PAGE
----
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Originally appearing in Volume V23, Page 314 of the 1911 Encyclopedia Britannica.
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JOHANN PAUL FRIEDRICH RICHTER (1763–1825), usually called JEAN PAUL, famous German humorist, was born at Wunsiedel, in Bavaria, on the 21st of March 1763. His father was a schoolmaster and organist at Wunsiedel, but in 1765 he became a pastor at Joditz near Hof, and in 1776 at Schwarzenbach, where he died in 1779. After attending the gymsnasium at Hof, Richter went in 1781 to the university of Leipzig. His original intention was to enter his father's profession, but theology did not interest him, and he soon devoted himself wholly to the study of literature. Unable to maintain himself at Leipzig he returned in 1784 to Hof, where he lived with his mother. From 1787 to 1789 he served as a tutor at 'Ripen, a village near Hof; and afterwards he taught the children of several families at Schwarzenbach. Richter began his career as a man of letters with Gronlandische Prozesse and Auswahl aus des Teufels Papieren, the former of which was issued in 1783–84, the latter in 1789. These works were not received with much favour, and in later life Richter himself had little sympathy with their satirical tone. His next book, Die unsichtbare Loge, a romance, published in 1793, had all the qualities which were soon to make him famous, and its power was immediately recognized by some of the best critics of the day. Encouraged by the reception of Die unsichtbare Loge, he sent forth in rapid succession Hesperus (1795), Biographische Belustigungen unter der Gehirnschale einer Riesin (1796), Leben des Quintus Fixlein (1796), Blumen- Frucht- and Dornenstilcke, oder Ehestand, Tod and Hochzeit des Armenadvokaten Siebenkds (1796–97), Der Jubelsenior (1797), and Das Kampaner Tal (1797). This series of writings won for Richter an assured place in German literature, and during the rest of his life every work he produced was welcomed by a wide circle of admirers.1825. Schiller said of Richter that he would have been worthy of admiration" if he had made as good use of his riches as other men made of their poverty." And it is true that in the form of his writings he never did full justice to his great powers. In working out his conceptions he found it impossible to restrain the expression of any powerful feeling by which he might happen to be moved. He was equally unable to resist the temptation to bring in strange facts or notions which occurred to him. Hence every one of his works is irregular in structure, and his style lacks directness, precision and grace. But his imagination was one of extraordinary fertility, and he had a surprising power of suggesting great thoughts by means of the simplest incidents and relations. The love of nature was one of Richter's deepest pleasures; his expressions of religious feelings are also marked by a truly poetic spirit, for to Richter visible things were but the symbols of the invisible, and in the unseen realities alone he found elements which seemed to him to give significance and dignity to human life. His humour, the most distinctive of his qualities, cannot be dissociated from the other characteristics of his writings. It mingled with all his thoughts, and to some extent determined the form in which he embodied even his most serious reflections. That it is some-times extravagant and grotesque cannot be disputed, but it is never harsh nor vulgar, and generally it springs naturally from the perception of the incongruity between ordinary facts and ideal laws. Richter's personality was deep and many-sided; with all his wilfulness and eccentricity he was a man of a pure and sensitive spirit, with a passionate scorn for pretence and an ardent enthusiasm for truth and goodness. Richter's Sdmtliche Werke appeared in 1826-28 in 6o vols., to which were added 5 vols ofLiterarischer Nachlass in 1836—38 a second edition was published in 1840—42 (33 vols.) ; a third in 186o-62 (34 vols.). The last complete edition is that edited by R. Gottschall (6o parts, 1879). Editions of selected works appeared in 16 vols. (1865), in Kiirschner's Deutsche Nationalliteratur (edited by P. Nerrlich, 6 vols., 1884-87), &c. The chief collections of Richter's correspondence are: Jean Pauls Briefe an F. H. Jacobi (1828) ; Briefwechsel Jean Pauls mit seinem Freunde C. Otto (1829-33) ; Briefwechsel =vise/ten H. Voss and Jean Paul (1833) ; Briefe an eine Jugendfreundin (1858) ; P. Nerrlich, Jean Pauls Briefwechsel mit seiner Frau and seinem Freunde Otto (1902). See further the continuation of Richter's autobiography by C. Otto and E. Forster (1826-33); H. During, J. P. F. Richters Leben and Charakteristik (1830-32); R. O. Spazier, J. P. F. Richter: ein biographischer Kommentar zu dtssen Werken (5 vols., 1833): E. Forster, Denkunirdigkeiten aus dem Legen von J. P. F. Richter (1863); P. Nerrlich, Jean Paul and seine Zeitgenossen (1876) ; J. Firmery, Etude sur la vie et les oeuvres de J. P. F. Richter (1886) ; P. Nerrlich, Jean Paul, sein Leben and seine Werke (1889) ; F. J. Schneider, Jean Pauls Altersdichtung (1901); by the same, Jean Pauls Jugend and erstes Auftreten in der Literatur (1906). All Richter's more important works have been translated into English, Quintus Fixlein and Schmelzles Reise, by Carlyle; see also Carlyle's two admirable essays on Richter.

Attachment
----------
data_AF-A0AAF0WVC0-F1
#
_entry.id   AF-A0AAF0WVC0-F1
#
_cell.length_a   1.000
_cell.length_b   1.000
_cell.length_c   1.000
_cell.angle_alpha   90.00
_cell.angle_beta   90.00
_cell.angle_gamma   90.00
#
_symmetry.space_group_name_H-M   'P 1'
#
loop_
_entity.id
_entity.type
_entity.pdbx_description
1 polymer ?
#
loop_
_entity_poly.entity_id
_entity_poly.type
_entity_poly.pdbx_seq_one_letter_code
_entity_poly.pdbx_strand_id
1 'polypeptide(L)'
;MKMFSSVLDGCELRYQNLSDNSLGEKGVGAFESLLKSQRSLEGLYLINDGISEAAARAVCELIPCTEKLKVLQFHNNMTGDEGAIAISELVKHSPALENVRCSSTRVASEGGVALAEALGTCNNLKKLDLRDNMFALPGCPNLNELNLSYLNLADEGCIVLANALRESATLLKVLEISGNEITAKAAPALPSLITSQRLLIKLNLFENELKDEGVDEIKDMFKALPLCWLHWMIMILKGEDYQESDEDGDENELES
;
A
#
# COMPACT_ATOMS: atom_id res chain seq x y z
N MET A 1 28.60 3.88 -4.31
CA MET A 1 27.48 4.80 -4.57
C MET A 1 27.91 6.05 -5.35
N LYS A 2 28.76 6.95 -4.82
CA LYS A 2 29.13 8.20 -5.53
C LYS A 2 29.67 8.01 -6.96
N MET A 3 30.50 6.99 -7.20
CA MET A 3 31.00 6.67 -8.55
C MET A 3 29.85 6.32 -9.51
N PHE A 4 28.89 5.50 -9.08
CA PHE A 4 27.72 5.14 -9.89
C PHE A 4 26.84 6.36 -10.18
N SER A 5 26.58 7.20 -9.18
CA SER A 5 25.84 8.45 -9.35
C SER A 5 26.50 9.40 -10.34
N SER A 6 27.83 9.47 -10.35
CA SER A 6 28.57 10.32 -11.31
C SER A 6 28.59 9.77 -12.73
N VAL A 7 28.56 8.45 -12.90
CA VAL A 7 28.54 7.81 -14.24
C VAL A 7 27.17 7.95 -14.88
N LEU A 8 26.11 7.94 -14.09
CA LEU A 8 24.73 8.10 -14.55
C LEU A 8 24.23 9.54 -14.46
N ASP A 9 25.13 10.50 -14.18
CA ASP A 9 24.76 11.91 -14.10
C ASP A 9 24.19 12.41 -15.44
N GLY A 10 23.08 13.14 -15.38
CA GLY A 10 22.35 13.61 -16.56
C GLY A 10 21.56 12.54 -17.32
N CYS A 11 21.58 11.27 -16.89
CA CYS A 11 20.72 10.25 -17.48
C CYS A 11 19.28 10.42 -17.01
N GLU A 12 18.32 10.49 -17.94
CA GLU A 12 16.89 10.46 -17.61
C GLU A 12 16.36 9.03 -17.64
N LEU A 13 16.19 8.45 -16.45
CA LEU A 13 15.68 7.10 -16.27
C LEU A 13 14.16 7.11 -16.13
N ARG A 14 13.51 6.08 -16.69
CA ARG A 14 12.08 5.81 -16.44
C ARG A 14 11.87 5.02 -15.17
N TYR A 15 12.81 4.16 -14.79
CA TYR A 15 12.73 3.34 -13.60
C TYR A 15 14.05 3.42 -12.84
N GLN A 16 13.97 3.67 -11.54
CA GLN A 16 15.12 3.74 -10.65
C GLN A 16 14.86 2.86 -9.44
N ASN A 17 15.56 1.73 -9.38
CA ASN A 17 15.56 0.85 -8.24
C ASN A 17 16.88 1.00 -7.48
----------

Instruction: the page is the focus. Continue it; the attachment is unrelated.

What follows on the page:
End of Article: JOHANN PAUL FRIEDRICH RICHTER (1763–1825)

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